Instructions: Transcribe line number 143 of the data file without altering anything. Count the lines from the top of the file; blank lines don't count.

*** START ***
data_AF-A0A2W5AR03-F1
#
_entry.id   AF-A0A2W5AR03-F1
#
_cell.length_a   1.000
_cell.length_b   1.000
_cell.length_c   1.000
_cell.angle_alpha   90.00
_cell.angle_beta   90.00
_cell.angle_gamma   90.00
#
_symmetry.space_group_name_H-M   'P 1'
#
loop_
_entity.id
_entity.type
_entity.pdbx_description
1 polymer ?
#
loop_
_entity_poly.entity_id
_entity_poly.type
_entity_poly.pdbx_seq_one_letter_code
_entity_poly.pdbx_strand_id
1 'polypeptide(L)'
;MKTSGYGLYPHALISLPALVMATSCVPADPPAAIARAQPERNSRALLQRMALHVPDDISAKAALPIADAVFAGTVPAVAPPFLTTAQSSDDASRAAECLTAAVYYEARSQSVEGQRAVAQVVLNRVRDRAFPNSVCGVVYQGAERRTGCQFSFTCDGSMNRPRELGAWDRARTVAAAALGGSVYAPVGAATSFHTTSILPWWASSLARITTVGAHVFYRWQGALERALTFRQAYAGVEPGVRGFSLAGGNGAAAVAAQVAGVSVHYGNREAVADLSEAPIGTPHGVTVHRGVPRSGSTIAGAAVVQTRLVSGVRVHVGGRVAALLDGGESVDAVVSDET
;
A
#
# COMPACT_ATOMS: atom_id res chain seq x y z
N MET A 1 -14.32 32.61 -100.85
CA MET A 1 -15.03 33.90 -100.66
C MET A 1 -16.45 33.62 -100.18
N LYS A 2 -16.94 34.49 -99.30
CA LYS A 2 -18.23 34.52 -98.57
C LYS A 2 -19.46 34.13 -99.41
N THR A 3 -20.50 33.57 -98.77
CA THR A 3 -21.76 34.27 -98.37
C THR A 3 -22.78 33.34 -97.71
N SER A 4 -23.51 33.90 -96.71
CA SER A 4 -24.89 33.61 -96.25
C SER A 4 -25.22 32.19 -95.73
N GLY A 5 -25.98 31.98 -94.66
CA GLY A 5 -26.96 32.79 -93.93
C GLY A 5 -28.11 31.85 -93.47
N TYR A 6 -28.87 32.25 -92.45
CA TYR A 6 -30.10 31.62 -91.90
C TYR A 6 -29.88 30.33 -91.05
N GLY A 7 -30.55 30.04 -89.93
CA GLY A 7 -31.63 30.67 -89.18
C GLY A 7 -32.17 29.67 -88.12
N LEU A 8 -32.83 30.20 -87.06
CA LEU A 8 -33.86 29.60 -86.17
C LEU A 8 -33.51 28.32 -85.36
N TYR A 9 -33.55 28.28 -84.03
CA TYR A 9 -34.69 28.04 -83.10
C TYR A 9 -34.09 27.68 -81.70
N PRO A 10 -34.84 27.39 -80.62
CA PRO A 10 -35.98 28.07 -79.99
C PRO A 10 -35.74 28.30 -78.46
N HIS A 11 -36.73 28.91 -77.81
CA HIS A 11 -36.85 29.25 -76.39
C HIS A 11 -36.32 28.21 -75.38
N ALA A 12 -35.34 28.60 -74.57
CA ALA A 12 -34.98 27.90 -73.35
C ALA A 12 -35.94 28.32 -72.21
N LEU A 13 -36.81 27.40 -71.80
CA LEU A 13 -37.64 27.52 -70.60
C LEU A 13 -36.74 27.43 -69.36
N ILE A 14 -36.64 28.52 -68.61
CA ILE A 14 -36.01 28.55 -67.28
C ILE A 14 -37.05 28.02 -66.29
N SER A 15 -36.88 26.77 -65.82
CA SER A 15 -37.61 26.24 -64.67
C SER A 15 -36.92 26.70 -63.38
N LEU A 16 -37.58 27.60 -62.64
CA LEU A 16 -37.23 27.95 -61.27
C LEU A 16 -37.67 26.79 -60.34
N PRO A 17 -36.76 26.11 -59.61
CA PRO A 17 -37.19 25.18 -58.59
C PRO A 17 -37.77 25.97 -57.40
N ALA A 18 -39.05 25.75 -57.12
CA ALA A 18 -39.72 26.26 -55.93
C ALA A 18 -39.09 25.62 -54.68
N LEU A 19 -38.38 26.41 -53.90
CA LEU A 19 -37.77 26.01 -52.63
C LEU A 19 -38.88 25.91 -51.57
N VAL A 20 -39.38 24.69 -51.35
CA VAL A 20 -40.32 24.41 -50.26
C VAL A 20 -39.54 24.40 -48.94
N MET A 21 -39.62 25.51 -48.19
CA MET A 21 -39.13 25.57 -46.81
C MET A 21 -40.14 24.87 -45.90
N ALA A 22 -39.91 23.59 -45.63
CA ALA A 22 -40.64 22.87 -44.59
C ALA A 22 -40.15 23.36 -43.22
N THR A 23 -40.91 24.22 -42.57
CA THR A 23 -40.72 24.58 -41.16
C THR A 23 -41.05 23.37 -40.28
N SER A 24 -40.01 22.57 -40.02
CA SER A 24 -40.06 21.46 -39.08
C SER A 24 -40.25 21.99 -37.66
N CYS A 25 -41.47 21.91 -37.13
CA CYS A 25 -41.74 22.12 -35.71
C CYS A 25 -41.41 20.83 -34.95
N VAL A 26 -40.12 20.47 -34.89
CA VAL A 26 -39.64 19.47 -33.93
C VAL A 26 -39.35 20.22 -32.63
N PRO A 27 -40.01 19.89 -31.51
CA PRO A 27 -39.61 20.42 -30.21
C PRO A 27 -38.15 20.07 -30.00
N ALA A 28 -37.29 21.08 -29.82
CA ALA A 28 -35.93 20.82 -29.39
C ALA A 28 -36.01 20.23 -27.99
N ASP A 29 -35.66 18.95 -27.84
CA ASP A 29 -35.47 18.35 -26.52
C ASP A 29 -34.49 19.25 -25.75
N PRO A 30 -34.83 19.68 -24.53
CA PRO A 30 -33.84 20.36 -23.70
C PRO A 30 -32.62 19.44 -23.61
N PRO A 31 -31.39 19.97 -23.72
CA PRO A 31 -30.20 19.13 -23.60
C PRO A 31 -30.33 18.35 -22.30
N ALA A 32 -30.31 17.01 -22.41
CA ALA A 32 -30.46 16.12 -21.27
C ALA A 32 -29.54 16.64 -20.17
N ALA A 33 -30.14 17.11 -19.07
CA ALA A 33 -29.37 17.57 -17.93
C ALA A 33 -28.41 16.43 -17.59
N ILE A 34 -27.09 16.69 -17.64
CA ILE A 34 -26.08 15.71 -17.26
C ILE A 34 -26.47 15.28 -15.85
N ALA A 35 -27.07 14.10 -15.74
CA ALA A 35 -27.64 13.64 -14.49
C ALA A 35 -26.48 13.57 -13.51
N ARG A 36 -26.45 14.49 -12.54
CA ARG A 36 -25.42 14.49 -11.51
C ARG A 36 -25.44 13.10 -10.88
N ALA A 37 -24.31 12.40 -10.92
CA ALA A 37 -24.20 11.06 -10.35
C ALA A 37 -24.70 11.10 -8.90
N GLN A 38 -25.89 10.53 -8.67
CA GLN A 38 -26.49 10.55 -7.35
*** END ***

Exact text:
CA GLN A 38 -26.49 10.55 -7.35